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होकुदाई बिसौनी

नयाँ अंक

अंक ४, कर्तिक २०६१

विषय सुचि

मुख्य पृष्‍ठ
यात्रा संस्मरण

सोध सारंश






































Hokudai Bisauni is a biannual (Nepali New Year and Dashain) publication of HUNSA.

Opinions expressed herein are those of the authors and do not reflect policy of HUNSA. 

               होकुदाई बिसौनी
अंक ४, कर्तिक २०६१

Nepal is a test case to cope with contradiction between nature conservation and development

-Dr. Kazunori Arita

(Dr. Kazunori Arita (age: 62), Professor at the Department of Earth and Planetary Sciences, Graduate School of Science, Hokkaido University is a well known geologist who has worked quite intensively in the Nepal Himalayas. He started his professional carrier in 1975 as Assistant Professor at the Department of Geology and Mineralogy, Faculty of Sciences, Hokkaido University. Since 1967, he has visited Nepal many times as a member of geological teams. In 1973 his team published their contribution entitled “Geology of the Nepal Himalayas” (Saikon Publishing Co., Tokyo, pp 286) with colored geological map at the scale of 1: 1,000,000 which is the first published geological map covering entire  Nepal. This was a significant contribution to Nepal. Later, he led a collaborative research project “Integrated Studies on the Himalayan Uplift and Climatic Changes” in collaboration with Tribhuvan University under the support of the Ministry of Education, Science, Sports and Culture, Japan. Recently (July, 2004), he convened 19th Himalaya-Karakoram-Tibet Workshop (HKT19) at Niseko, Hokkaido. This was the first HKT workshop in Japan. This 3-day workshop was attended by 117 scientists from different disciplines representing more than 14 countries including 13 Nepali scientists. The successful completion of this workshop was a testimony to his academic maturity, multidisciplinary approach in solving research problem and respect to the contribution from other disciplines too. Two Nepali students have already completed their Ph.D with him and he is an inspiring personality to many of the Nepali students in Hokkaido University. Currently one postdoctoral fellow from Nepal is working with him. Dr. Arita spoke to our chief editor Dr. Narendra R. Khanal on his professional achievement and attachment to Nepal. Excerpts)

1. When was your first visit to Nepal? And what made you attract to work in Nepal?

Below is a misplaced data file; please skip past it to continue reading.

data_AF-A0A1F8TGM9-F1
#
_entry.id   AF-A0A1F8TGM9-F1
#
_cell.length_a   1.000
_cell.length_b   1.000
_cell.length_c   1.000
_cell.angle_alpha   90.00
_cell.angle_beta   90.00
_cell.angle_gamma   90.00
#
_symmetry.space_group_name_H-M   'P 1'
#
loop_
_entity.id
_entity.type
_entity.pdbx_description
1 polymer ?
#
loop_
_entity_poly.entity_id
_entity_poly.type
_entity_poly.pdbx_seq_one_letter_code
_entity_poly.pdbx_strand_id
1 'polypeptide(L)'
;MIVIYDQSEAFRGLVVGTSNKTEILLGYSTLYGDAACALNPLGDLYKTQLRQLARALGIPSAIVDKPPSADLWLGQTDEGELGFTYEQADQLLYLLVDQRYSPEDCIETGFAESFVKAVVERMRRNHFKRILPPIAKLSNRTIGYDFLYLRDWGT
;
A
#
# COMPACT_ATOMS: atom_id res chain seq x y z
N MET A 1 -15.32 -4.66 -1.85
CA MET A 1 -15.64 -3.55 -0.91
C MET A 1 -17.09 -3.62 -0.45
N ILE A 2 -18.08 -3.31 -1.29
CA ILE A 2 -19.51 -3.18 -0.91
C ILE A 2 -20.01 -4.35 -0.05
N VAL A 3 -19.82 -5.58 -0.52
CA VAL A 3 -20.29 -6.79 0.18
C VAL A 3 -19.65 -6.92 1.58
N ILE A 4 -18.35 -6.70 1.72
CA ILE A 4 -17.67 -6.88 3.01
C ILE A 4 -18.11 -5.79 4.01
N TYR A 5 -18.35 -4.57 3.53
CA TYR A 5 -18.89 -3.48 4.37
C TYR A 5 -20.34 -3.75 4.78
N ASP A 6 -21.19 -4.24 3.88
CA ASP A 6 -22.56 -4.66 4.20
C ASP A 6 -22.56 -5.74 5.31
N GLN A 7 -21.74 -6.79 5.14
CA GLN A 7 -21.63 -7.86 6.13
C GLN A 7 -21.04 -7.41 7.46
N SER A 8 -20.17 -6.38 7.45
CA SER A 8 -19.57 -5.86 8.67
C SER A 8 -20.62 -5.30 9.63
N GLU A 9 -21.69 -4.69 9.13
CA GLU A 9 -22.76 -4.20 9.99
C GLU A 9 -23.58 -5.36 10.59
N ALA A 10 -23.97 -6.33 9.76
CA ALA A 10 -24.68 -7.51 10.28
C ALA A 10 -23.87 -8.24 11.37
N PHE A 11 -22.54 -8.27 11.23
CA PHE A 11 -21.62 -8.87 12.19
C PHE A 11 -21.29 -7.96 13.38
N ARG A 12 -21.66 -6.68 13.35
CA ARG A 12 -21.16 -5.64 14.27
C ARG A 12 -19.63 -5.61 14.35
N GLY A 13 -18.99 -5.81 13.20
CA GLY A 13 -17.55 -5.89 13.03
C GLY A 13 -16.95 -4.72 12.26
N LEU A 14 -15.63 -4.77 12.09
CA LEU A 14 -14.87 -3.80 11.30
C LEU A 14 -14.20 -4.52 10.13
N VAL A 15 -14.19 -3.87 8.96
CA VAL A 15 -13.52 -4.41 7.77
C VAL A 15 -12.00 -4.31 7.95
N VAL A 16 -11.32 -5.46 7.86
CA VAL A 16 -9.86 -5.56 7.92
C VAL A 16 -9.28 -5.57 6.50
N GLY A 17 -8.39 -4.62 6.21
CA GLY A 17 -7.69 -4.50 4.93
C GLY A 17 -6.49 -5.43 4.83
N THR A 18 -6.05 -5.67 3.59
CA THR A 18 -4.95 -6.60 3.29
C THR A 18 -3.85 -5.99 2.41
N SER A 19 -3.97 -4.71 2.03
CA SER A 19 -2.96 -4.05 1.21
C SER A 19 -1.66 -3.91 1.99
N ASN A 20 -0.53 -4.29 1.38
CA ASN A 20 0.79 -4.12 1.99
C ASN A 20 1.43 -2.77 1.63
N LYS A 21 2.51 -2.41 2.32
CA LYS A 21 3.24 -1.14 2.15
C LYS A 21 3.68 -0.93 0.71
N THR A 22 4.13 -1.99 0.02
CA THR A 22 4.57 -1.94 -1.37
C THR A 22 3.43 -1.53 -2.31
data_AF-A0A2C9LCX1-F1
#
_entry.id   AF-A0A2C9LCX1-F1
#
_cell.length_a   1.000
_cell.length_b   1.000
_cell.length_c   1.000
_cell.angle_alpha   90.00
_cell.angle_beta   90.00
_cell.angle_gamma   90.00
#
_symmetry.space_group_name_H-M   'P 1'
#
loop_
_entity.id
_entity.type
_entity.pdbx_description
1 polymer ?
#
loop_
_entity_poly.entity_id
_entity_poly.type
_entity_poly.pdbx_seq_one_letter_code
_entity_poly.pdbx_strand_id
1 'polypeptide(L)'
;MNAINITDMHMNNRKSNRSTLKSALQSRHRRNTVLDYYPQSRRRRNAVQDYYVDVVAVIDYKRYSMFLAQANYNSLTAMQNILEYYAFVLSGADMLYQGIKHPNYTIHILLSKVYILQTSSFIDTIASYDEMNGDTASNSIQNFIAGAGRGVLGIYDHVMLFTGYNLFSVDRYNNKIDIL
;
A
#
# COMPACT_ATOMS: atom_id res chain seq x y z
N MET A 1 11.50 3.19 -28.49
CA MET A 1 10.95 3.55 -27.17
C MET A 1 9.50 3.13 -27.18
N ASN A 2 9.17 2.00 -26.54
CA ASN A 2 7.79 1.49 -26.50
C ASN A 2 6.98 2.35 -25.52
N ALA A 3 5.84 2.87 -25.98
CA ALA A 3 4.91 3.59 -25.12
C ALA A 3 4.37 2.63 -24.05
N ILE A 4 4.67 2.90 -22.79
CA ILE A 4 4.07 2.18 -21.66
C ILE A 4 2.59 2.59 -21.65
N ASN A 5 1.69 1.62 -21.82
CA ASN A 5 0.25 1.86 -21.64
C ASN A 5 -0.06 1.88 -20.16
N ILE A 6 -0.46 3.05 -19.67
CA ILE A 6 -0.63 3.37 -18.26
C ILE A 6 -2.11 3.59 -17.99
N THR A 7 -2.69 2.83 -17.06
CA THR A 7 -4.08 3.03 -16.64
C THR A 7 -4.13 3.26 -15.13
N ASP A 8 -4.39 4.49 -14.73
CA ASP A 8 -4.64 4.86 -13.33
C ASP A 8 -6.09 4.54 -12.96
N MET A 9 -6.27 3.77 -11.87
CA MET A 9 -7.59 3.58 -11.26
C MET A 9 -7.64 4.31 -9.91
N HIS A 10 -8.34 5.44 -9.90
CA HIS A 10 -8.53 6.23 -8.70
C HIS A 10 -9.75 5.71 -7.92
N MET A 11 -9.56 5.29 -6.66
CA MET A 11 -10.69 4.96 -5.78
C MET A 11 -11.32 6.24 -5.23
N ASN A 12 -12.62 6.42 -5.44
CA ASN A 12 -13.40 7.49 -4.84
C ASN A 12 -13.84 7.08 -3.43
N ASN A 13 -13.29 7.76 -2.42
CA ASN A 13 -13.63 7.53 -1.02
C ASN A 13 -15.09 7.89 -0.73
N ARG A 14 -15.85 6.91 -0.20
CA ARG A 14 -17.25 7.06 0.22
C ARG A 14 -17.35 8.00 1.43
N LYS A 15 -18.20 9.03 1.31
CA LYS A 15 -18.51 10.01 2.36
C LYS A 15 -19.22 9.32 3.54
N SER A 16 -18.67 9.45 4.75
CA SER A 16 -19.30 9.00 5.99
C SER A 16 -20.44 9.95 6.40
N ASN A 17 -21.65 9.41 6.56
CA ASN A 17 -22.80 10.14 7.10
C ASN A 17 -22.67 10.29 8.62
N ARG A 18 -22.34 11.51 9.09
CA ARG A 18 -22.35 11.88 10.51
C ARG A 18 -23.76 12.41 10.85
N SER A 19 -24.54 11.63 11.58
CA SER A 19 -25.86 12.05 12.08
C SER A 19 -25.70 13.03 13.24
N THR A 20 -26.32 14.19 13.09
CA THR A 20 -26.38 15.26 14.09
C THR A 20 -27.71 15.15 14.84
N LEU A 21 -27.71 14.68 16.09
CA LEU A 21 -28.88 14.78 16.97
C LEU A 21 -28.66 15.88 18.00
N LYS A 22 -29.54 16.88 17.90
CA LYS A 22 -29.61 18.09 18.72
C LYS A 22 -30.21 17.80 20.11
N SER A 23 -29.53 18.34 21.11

My first visit to Nepal was from February to May, 1967. I started my journey to Nepal by ship (iron ore bringer ship) from Japan to Goa, India. From Goa to Madras, it was by a coaster, Madras-New Delhi-Raxaul by train and from Raxaul to Kathmandu by bus via Shim Bhanjyang.

 I was a member of Mountain skiing club of Hokudai and enjoyed skiing and mountaineering so that I had strong interest in Himalaya and Tibetan region. And I was a student of the Department of Geology and Mineralogy, Faculty of Science, Hokkaido University and researched Hidaka Mountains (Hidaka metamorphic Belt which is a typical orogenic belt in Japan like the Himalayas). My teacher, late Prof. Seiji Hashimoto had already visited Nepal in 1955 as a member of scientific party of the expedition team to Mt. Manaslu. The Himalayas have been a longing place for not only alpinists but also geologists. Further Nepal was a mysterious country for Japanese of those days.

2. What were your major professional involvements about Nepal?

I have been involving in geological works in the Nepalese Himalaya. The Himalaya and the Tibetan Plateau are natural laboratories for studying orogenic movement, formational processes of continental crust and uplift processes of mountains. I have an interest also in comparative study of the Himalaya and the Hidaka. Now Nepal and Nepalese are well known by Japanese but geology of the Himalaya was not familiar to Japanese geologists. I have made some efforts to let Japanese geologists stimulate their interest in and understand the significance of Himalayan geology through the activity in the Geological Society of Japan.

3. How do you feel to work in Nepal?

Nepal is a mountainous country and foreign country for me so that it is difficult to do geological survey there without supports of many persons in various fields. I would like to express my hearty thanks to all Nepalese friends in this occasion. Honestly speaking, field survey in the Nepalese Himalaya is easier than that in the Hidaka Mountains because in Hidaka I must do every thing such as cooking and carrying collected rock samples by myself, but in Nepal guides and porters help me and I can devote my energies to field work. My field works in Nepal have been supported by them. Formerly it was difficult to obtain permission for geological survey and it took a lot of time to get it. It was more troublesome job than geological work in the field. But, of course, now it is not so difficult.

4. Do you have future programs to work in Nepal?

This coming spring, I am retiring from my job in Hokudai, but I will continue to edit and publish the contributions presented in 19th Himalaya-Karakoram-Tibet Workshop at Niseko in July 2004 as special issues of the Island Arc (Blackwell) and Journal of Asian Earth Sciences (Elsevier). After that I want to visit Nepal again. For that purpose too I am wishing peaceful Nepal.

5. Any suggestions for betterment of Nepal?

The Himalaya is unique on the earth and is the greatest treasure of Nepal which is located just in the central part of the Himalaya. The uniqueness should be kept for a long time in future. But nature conservation (keeping the uniqueness) and the stabilization and improvement of people’s livelihood are often contradictory to each other in many countries. I think Nepal is a test case to cope with both of them. Nepalese should definitely recognize this thing, should argue, and appeal to the World.

Any reproduction or copy of this magazine is welcomed with appropriate acknowledgement.